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The truly final journey of Ignatius the tenacious uterine fibroid — 6 Comments

  1. Diane,

    Apart from your pain and suffering, what a wonderful essay with plentiful details and an unforced flow! I especially enjoyed the fashion updates about Dr. M. Very funny! I look forward to the post-op sequel!

    Your take on life is solid, yet spirited. This piece is worthy of publishing. Have you considered writing smart, sexy medical novels? “It was a dark and stormy night” waiting nauseously behind the bushes at Walgreens for a prescription refil…..!!!

    With that spunky philosopher’s soul of yours, you are going to recover just fine. Something I heard on Relevant Radio (820 AM and 930 AM) which stuck with me is, “Do not let your suffering go to waste.” Let this life-changing event be the springboard for something miraculously splendid.

    I wish you good health. Good luck and God bless you.

    Sincerely,
    L.
    A fellow fibroid sufferer
    (Well, technically, not so “fellow” anymore!)

  2. ::: blushes ::: I just don’t lead an interesting enough life to write about (but do anyway)! Trust me, when I was puking greasy brown stuff at 3:00 a.m. and shaking with fever, I was not so philosophical!

    Are you going to suffer much longer?

    Thanks for stopping by and for the kind words!

    DS

  3. I’m glad the surgery was a success.

    Tagging on to the previous comment about springboarding to “something miraculously splendid” (or at least useful), I wonder if you would be the first to come up with a laparoscopic metal detector to help prevent future incidents of left-behind metal.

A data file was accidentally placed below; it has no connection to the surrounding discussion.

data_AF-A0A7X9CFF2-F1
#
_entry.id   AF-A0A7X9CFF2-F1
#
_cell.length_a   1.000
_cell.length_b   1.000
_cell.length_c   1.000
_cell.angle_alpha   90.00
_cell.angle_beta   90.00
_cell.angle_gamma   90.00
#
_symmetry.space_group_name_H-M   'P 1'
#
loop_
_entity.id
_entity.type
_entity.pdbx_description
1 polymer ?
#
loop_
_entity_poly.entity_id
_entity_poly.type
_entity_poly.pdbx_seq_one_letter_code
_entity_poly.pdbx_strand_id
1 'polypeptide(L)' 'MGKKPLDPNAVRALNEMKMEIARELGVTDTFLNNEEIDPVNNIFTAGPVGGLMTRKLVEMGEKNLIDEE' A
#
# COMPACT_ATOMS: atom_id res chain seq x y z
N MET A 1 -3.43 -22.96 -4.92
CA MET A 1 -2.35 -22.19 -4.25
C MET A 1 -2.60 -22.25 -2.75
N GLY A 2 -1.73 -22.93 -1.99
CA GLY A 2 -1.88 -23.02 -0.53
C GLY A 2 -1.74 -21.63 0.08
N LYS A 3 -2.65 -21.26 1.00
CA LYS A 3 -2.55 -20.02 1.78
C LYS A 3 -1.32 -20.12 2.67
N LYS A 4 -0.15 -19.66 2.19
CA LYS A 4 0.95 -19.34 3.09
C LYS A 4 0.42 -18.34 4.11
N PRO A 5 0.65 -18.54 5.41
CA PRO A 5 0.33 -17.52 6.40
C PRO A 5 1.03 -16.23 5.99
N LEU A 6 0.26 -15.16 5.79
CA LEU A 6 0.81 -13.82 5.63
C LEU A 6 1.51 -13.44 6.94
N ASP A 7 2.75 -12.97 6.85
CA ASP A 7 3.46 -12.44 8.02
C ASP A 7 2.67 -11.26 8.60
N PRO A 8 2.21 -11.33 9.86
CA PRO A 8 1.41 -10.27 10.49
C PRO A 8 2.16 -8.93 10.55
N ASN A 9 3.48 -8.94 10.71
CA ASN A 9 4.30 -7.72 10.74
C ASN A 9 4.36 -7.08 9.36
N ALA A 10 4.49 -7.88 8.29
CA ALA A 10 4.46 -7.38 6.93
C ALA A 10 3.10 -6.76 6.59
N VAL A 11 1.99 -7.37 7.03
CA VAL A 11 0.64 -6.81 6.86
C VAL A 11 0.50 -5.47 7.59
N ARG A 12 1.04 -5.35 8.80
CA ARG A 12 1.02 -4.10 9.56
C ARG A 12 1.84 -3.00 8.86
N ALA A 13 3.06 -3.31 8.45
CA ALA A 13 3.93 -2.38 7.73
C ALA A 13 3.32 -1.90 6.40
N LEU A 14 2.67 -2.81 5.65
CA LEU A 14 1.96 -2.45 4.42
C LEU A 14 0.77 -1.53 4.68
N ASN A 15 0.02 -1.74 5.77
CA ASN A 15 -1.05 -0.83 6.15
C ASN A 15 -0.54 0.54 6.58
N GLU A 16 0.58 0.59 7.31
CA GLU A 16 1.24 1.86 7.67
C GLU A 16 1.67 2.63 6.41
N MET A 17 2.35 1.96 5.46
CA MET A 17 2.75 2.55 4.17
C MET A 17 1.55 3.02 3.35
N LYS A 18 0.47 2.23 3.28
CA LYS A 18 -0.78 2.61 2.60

4. Now I am the one who is blushing because I looked at my post and saw a misspelling and incorrect information! Yes, people, I do know how to spell “refill,” and the correct station numbers for Relevant Radio are 950 AM and 930 AM; 820 is the station for the Sunday noon gardening show.

    That said, I also forgot to mention in my original post how touched I was when you reassured your surgeon. Very sweet and poetically symbolic given all the guff you gave the poor man! Did you get a good look at the driver of the vintage convertible who almost backed over you in the hospital parking lot???!!! 😉

    Will I be suffering much longer? I feel trapped deciding which procedure to have. It’s the mind-body dualism, you know! Whatever the case, I look forward to my own post-op exhilaration in reinventing my life accompanied by physical relief and a sigh of relief.

    Sincerely,
    L.

  5. I tried the quickest one (UFE) first, which in most cases works. Just wasn’t fortunate. My poor uterus probably wonders what’s going to hit it next July/August.

    SPG: They used a variety of techniques to find the tip, but it was evasive. I just hope it’s so tiny at 5mm that it doesn’t set off metal detectors. As the IR said, “Very unimpressive.”

  6. 5mm is tiny. I’ve gone through airport metal detectors with metal belt buckles without any problem.

    I’d be worried about having an MRI with that in there, especially if it’s magnetic. It might move. And since Ignatius was pressing into your spine, having a moving piece of metal near the spine isn’t my idea of a fun adventure!

    Even if it’s non-magnetic, it might develop electrical current and cause spasms or nerve firings.

    Note: I tend to worry much more than the average person about things that may never happen.

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